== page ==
“–Wait, I think you already told me about this, it sounds familiar…”

“No, it happened again.

Here’s an excerpt from the article:

“Gail Collins: Every time I go on a speaking tour I get questions from sad middle-aged women who want to know why their daughters all insist they aren’t feminists. They might be planning to devote their lives to healing fistula victims in Somalia, but they won’t let anyone call them feminists because they think it means being anti-man, or wearing unattractive shoes.”

“Stacy Schiff: Partly the word has been deliberately sullied, like “liberal” and “progressive.” It spells man-hating, militant, and, especially, no Manolos. If it makes you feel better, I just texted my 17-year-old to ask if she considered herself a feminist. “If by feminism, you mean equality,” she answers, “then yes.” It’s not a word that appeals, because her generation thinks the work has been done. They’ve been reading articles about the End of Men. Somehow the news that men who work full-time make on average 23 percent more than women do seems to have escaped them.”

Wow, thanks for talking to young feminists telling us about some women you met and one 17 year old who SAID SHE WAS A FEMINIST when texted by her mom, as evidence for your claims. As an ardent fair pay activist, I find that last line extremely frustrating.

Moreover,  this isn’t the first time that young feminists have been erased by the media and/or our sisters in the movement. Remember in April when Newsweek and Nancy Keenan declared that young women aren’t interested in protecting reproductive rights?

It’s really upsetting to be an activist who devotes significant time and energy to feminist causes, and then be told that young feminists do not exist. Like I previously wrote, it raises questions for me about what kinds of contributions are considered valuable by older feminists. I hate feeling  erased, especially when it is at the hands of other people who are supposedly committed to empowering people.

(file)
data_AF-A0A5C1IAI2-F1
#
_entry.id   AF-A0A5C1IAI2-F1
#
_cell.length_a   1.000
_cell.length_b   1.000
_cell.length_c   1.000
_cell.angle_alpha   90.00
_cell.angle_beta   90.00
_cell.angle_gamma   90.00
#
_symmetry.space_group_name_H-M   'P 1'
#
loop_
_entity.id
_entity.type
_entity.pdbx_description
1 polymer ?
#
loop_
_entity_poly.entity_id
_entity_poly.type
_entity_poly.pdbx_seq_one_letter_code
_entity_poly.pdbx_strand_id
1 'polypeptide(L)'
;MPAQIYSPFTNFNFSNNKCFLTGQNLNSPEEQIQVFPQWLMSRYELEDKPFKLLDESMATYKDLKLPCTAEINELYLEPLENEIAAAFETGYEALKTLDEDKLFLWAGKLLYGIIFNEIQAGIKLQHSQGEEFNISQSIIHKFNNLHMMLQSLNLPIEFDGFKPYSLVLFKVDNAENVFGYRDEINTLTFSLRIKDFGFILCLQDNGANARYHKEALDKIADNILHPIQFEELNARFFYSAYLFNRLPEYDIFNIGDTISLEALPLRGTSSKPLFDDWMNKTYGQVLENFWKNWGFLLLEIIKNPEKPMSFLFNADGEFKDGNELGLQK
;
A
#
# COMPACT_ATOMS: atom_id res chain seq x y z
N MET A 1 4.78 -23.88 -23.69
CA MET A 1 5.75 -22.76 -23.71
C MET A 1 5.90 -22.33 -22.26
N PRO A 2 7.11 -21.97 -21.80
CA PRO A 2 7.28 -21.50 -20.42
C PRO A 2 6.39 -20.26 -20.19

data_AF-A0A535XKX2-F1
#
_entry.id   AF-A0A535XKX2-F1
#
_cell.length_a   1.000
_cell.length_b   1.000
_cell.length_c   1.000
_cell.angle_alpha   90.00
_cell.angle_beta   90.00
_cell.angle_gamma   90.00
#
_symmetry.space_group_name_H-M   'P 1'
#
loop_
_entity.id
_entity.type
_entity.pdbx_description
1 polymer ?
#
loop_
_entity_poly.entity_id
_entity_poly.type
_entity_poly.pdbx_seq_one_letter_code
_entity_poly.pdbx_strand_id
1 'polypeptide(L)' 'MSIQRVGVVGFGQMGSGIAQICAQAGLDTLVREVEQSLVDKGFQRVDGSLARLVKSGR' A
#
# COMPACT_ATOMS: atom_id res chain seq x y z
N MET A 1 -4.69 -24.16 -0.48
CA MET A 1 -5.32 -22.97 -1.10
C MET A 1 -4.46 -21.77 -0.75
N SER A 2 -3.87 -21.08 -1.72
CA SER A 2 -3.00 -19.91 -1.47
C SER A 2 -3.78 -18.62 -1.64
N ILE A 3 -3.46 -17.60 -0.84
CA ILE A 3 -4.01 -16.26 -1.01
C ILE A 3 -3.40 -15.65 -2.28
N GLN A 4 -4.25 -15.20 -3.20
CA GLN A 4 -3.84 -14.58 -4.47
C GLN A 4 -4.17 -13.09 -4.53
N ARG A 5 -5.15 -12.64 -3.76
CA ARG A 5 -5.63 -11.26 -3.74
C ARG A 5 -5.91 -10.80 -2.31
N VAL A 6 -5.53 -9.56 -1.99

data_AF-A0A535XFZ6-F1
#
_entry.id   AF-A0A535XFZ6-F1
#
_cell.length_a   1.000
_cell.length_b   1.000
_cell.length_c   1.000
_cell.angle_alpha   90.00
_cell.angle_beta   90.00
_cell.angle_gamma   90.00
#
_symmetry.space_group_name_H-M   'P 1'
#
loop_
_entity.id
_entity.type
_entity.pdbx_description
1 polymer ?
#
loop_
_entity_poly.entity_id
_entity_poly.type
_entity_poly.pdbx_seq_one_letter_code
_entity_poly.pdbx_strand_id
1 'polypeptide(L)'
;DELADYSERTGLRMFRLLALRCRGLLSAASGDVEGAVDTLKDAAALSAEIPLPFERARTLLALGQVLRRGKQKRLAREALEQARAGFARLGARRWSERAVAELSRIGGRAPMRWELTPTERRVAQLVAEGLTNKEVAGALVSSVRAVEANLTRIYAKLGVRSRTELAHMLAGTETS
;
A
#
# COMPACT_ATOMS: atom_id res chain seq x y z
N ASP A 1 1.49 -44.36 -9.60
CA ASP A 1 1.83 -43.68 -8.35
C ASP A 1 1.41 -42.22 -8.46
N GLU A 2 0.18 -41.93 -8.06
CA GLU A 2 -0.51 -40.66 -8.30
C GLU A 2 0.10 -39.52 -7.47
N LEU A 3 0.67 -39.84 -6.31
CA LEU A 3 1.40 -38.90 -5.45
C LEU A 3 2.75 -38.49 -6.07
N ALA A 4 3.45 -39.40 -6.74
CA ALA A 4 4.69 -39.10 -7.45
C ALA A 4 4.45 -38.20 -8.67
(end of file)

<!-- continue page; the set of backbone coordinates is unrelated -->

It’s not just in the media–in my gender and women’s studies graduate courses, I encountered ZERO professors who discussed third wave feminism, let alone espoused it. When I brought it up in class, I was told by several professors that they either didn’t believe in third wave feminism, didn’t understand it, or thought it was bullshit.

The reality is there ARE young feminists all across the world doing really valuable work for the movement. My fellow young feminists inspire me, challenge me, and support me.

So, I’m inviting you to participate in the first “THIS IS WHAT A YOUNG FEMINIST LOOKS LIKE” blog carnival next Friday, August 27th. To participate, leave a comment below with the name and URL for your blog. Then download the badge below and put it on your blog to show that you are participating. I will update the list of participating blogs every couple of days, and post the final list Friday morning.

**A note about participation as related to age: Personally, I am totally comfortable with people outside of the “young” demographic participating in the carnival. You may take time to reflect on your own take on the issue, share about your life when you were a young feminist, or offer ways we can move forward to a meaningful dialogue.

Posted on: August 20th, 2010 by Fair and Feminist 72 Comments